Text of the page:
Redneck House fan


Author: Dave
Date: 06.12.13 - 5:07pm



When i was a kid, we had a ceiling mount house fan which was amazing. Even on a hot day, the massive airflow it produced really cooled you down. At night it was even better refreshing all the hot air in teh house with cool night air.

I cant replicate that in my current house because of the way the attic is, so I went looking for a window mount whole house fan. Its kind of a disappointing market. A 120 dollar Air King was super flimsy plastic, there werent any really good options.

After returning the air king, I decided to buy a 24in industrial drum fan that had 7700cfm air flow. This thing puts out a pretty serious air stream, so now whats a quick easy way to non-permanently get it to function as a whole house window fan?

After a little pondering, i decided to start my experiment with a removable frame that sat inside the window, with as large a circular cutout as I could. This turned out to be a 19in circle. To mate it to the 25in drum, I needed a skirt that was sealed on both ends and had a taper and a relatively smooth interior for a good airflow.

To achieve this, I cut out a 25in circular template and hot glued a heavy sheet around it in several spots to keep the proper form. I then suspended the window frame above it on a pair of saw horses. Drawing the cloth through the center hole allowed me a decent workspace to draw the material to the best form I could achieve and staple it in place. The seam was hot glued all along its length with as much overlap as I could.



The sheet actually already had gromets put in along its drum side edge from a previous project, so I just snaked a piece of rope around the large end, and cinched it tight around the lip of the drum. Not the prettiest thing, but it will work when required and is very easy to setup.



To test it I opened one large window upstairs, and one downstairs, wet the backs of my forearms and stood in front of the open windows (1600 sqft house) and they both get a great breeze coming through. For about 2hrs worth of work, its a win.

One more metric I need to run is a heat generation test. IE, taking the temperature of the motor after an hours operation with X square feet of intake window open, and then comparing that against the heat of it running normally for one hour. With the skirt in place, the extra suction the motor has to work against could potentially overheat the motor and shorten its lifespan. So this will be an important measurement to take and plot against the surface area of open windows its pulling the air through. Temperature can easily be taken with a non-contact infrared probe.

Here are some measurements on an 80deg day. Looks like the fan should be safe to run continuous even with the extra load of having to decompress the house to get the air it needs to breathe. For reference the fan tested here is the MPro 24" drum fan

speedintake arearunning tempstopped
low104F--
high108F128F
low17 ft107F--
low3 ft110F120F


The highest temperature recorded so far has been 146F (stopped), which occurred when the house temp itself was 88 and with only 6ft of window space open to let it breath.




Comments: (3)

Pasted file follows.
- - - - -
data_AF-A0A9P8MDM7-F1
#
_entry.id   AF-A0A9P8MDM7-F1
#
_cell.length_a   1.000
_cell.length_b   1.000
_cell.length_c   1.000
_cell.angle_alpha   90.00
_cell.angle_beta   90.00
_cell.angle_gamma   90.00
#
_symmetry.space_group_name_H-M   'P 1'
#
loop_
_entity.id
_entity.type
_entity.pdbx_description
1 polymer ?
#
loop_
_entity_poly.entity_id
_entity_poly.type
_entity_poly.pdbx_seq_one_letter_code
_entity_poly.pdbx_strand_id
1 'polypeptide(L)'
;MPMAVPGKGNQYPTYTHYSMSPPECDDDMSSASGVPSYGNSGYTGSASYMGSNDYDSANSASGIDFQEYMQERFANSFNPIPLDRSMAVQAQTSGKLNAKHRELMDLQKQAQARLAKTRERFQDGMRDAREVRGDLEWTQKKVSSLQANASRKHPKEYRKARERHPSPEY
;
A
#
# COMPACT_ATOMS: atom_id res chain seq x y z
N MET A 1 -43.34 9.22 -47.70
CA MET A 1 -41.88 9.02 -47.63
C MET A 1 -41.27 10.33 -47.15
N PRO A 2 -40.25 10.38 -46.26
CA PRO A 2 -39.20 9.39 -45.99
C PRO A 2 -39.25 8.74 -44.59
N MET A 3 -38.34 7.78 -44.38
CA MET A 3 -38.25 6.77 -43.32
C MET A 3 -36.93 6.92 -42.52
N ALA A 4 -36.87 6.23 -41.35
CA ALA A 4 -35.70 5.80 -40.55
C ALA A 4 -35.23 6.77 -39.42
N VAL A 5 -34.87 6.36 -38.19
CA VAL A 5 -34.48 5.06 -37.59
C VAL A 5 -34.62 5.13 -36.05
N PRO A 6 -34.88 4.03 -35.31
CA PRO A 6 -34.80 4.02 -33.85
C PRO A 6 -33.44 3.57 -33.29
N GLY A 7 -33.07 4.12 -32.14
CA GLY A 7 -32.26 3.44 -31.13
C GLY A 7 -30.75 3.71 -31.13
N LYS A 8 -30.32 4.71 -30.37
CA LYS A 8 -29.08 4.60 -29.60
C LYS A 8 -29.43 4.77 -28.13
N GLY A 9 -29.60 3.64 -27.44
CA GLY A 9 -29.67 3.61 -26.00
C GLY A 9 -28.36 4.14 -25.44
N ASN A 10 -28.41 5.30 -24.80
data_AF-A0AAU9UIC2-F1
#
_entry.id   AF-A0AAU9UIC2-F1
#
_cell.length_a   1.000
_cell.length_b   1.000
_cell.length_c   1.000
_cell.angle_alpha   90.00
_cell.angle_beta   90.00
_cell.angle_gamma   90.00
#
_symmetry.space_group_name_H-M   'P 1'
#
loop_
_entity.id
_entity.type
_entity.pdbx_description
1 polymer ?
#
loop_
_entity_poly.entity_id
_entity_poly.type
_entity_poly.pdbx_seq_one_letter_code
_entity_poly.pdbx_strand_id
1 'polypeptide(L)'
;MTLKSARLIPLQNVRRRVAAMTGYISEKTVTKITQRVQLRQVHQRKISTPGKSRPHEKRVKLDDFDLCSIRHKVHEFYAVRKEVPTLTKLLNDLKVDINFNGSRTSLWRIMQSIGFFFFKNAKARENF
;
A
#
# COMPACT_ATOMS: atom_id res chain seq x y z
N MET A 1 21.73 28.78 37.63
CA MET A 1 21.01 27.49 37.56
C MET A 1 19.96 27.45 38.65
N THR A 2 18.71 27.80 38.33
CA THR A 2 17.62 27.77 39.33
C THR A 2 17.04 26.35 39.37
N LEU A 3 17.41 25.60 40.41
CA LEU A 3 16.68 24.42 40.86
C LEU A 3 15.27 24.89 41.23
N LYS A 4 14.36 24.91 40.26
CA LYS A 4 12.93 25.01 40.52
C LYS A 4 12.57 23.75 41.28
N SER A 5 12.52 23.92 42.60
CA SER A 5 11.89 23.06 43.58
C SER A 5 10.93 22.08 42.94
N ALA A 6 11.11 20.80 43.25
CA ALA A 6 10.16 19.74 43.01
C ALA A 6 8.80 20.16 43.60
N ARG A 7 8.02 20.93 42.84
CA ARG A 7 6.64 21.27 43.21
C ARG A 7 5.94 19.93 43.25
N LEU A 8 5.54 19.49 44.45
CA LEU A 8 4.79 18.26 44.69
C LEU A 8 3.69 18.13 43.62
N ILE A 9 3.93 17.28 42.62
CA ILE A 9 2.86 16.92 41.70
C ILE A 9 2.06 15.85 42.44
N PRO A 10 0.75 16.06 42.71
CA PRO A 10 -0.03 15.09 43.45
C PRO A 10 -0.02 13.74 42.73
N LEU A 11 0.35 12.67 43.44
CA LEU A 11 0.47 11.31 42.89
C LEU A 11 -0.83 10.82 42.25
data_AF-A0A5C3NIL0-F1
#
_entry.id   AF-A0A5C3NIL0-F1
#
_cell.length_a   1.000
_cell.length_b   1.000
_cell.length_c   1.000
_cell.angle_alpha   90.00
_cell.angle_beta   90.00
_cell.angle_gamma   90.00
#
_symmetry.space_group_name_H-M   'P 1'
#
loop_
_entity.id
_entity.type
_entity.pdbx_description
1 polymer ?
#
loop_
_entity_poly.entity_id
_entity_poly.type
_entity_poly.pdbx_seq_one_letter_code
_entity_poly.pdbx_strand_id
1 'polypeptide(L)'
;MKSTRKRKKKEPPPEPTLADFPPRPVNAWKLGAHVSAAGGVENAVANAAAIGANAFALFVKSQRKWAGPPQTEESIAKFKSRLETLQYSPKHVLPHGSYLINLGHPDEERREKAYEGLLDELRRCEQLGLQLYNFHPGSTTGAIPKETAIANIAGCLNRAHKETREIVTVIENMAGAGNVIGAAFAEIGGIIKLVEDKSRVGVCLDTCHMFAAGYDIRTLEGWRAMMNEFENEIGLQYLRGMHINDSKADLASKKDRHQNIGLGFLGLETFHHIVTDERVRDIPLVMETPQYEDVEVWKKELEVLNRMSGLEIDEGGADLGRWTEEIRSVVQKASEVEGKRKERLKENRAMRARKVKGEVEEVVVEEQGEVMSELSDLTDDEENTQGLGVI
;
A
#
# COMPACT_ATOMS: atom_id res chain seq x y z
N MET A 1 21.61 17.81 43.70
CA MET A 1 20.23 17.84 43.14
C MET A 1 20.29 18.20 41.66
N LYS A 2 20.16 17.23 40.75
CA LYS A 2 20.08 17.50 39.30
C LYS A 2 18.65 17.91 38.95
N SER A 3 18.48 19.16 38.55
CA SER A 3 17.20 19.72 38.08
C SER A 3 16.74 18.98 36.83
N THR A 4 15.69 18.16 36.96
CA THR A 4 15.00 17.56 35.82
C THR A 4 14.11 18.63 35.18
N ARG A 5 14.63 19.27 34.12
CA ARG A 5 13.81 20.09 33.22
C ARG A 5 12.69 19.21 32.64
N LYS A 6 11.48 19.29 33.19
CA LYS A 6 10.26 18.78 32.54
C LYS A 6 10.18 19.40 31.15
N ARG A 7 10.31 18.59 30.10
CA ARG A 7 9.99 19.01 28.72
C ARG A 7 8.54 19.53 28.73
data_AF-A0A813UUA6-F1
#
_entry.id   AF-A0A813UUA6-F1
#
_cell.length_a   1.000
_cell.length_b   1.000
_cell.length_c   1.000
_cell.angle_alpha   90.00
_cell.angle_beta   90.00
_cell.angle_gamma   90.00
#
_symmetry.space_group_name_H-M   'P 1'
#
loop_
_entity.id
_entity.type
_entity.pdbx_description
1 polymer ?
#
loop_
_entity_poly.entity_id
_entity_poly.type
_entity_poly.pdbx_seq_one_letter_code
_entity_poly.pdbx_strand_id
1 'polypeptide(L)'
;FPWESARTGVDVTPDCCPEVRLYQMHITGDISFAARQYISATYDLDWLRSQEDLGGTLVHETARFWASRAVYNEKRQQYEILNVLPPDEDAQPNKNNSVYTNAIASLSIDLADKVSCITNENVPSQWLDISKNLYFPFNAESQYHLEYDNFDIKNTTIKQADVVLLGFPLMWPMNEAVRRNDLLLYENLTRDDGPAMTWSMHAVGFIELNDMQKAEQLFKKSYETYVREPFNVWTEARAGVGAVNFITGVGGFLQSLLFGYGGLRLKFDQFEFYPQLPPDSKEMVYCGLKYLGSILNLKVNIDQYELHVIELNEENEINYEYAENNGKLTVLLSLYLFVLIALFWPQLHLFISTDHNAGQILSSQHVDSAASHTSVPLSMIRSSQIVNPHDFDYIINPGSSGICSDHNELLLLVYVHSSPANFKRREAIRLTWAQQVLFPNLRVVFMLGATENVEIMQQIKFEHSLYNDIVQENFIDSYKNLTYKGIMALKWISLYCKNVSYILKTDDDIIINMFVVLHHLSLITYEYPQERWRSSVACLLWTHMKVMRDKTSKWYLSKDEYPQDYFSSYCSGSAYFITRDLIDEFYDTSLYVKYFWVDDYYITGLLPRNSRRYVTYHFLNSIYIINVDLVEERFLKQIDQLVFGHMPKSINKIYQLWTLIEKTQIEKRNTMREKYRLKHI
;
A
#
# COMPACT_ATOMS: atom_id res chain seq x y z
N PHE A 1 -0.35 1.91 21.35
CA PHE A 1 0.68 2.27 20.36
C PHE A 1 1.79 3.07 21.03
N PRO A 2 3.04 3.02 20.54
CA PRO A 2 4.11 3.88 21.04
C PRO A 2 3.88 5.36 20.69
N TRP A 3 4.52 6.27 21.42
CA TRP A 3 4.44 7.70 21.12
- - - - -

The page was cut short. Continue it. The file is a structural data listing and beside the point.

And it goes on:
On 10.18.15 - 12:36am Dave wrote:
So i have been using this for a couple years now, It is a great thing to have around. You can ventilate the entire house and draw in all new air in like 10 minutes. This has come in so handy for the following:
  • asshole cat gets sprayed by skunk (again)
  • neighbors burn leaves and fill you house with smokey smell
  • built up heat from summer lingers in house into the night.
Without the ability to fully ventilate the house and turn over the air, each of those would linger for hours and hours. Its worth having a setup like this.

On 05.23.20 - 9:13am Dave wrote:
7+ years latter still using this. Its a great capability to have for your house. There is no easier way to turn over all the air in your home with fresh air.

Its actually quite powerful. On low, I went around and cracked a couple windows. I was not wearing a shirt so I could feel air flow even better. Even downstairs as far away from the fan as I could get, as soon as i cracked the window I immediately felt the air flow coming in the house.

When you can feel the flow, you can imagine the stagnant air pockets. My projector light stream also shows me when dust levels are high.

I have allergies, so I have started paying attention to these little things since my nose has become an ultra sensitive detector :(

I do wonder though, if the fan is to strong and I dont open enough windows..It could potentially pull dust and allergens down through the attic which has open insulation and some old bat crap.

I know I did smell it bring some plywood smells straight up through the living room floor from the basement crawl space after I planked it for the crawl space fork lift.

Baby steps trying to refine the house for ye ole sniffer.

On 05.23.20 - 9:51am Dave wrote:
One other interesting experiment. You can walk around the house with some incense burning and watch the air flow patterns. Open more doors or windows to adjust and watch again.

Getting to truly know and map out the air flow of your house under different conditions. Drawing air from the attic is looking unlikely which is also going to help rule it out as an allergen source. (Which is great because it would be a huge amount of work to strip out the insulation and bat crap and redo it!

 
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